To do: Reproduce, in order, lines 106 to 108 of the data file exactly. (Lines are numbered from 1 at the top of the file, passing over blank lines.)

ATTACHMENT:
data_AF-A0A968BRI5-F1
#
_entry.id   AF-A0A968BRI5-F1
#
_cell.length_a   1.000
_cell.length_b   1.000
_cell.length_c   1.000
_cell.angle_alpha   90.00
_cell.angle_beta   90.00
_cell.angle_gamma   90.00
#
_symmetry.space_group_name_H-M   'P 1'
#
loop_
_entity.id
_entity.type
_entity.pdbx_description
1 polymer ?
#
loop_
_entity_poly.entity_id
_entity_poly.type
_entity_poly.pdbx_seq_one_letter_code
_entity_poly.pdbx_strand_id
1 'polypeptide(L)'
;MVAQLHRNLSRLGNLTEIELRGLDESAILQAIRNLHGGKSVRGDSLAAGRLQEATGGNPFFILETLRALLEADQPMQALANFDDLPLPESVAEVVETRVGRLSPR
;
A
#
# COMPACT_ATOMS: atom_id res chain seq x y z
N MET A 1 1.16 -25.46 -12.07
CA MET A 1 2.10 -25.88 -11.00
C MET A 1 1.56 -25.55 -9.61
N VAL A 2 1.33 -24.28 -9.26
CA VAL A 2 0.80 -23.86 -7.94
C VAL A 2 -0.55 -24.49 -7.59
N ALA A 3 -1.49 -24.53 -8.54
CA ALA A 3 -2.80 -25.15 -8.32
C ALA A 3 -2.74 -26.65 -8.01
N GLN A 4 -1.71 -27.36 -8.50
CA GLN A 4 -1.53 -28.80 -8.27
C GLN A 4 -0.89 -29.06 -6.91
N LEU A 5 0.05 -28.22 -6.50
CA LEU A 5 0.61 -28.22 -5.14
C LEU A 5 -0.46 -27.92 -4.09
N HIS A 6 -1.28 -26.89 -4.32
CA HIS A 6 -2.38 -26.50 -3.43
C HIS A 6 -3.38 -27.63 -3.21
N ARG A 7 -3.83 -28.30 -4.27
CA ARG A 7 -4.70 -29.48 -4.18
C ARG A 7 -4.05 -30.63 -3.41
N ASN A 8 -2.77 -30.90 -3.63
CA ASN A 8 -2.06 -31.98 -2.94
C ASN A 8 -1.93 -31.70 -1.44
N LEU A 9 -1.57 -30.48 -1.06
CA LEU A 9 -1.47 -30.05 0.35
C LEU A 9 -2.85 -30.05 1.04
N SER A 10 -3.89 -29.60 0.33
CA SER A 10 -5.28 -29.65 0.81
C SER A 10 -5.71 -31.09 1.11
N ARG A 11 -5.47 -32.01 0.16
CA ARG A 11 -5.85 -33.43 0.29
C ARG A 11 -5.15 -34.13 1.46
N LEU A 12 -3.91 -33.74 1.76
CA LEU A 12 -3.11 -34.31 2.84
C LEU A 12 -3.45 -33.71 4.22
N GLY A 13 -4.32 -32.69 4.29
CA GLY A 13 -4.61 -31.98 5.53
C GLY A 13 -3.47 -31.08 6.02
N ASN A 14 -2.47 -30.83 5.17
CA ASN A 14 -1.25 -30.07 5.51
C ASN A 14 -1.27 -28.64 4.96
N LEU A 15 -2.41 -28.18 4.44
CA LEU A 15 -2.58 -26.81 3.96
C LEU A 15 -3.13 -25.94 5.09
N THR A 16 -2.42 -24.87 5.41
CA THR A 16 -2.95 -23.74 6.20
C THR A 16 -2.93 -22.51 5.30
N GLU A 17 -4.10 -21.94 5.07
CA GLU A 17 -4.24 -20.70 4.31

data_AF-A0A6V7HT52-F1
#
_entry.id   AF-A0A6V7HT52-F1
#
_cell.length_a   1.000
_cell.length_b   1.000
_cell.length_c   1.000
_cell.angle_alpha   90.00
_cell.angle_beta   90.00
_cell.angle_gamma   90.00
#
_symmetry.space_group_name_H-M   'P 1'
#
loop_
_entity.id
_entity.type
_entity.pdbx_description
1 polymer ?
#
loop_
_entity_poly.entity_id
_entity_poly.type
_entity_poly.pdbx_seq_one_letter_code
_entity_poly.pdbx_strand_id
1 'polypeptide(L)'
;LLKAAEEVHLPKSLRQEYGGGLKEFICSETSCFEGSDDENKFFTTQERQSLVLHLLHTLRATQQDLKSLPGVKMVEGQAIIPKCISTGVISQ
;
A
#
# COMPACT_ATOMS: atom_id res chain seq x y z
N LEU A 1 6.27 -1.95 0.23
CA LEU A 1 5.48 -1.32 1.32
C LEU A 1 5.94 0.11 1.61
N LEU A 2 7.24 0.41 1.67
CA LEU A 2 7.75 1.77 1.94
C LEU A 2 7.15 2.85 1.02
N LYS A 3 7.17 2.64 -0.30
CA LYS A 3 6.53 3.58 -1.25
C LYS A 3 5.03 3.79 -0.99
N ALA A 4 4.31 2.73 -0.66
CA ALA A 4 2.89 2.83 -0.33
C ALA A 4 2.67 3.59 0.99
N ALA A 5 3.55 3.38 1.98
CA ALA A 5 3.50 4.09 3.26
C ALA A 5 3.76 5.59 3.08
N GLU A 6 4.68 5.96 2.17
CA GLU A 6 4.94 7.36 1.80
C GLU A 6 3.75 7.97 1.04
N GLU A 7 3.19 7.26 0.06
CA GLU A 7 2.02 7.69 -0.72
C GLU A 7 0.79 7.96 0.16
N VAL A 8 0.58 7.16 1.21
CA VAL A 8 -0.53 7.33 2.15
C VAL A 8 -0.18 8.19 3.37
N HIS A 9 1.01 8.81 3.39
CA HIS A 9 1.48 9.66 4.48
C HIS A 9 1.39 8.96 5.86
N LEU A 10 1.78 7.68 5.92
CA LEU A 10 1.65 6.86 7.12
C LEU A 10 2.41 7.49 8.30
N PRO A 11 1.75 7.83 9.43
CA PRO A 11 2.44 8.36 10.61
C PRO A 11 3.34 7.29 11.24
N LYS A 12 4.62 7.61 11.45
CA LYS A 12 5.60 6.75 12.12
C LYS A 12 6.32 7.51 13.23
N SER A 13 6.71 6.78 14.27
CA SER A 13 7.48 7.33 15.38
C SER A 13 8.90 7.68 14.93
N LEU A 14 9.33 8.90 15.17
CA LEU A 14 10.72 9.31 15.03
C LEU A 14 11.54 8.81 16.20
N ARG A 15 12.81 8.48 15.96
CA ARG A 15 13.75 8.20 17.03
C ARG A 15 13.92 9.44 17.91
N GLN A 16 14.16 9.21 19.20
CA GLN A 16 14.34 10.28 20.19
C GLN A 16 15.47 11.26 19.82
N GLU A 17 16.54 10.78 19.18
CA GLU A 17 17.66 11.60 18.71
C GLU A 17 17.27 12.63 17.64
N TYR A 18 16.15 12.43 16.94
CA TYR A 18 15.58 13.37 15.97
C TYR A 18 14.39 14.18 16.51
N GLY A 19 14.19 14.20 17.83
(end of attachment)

;LLKAAEEVHLPKSLRQEYGGGLKEFICSETSCFEGSDDENKFFTTQERQSLVLHLLHTLRATQQDLKSLPGVKMVEGQAIIPKCISTGVISQ
;
A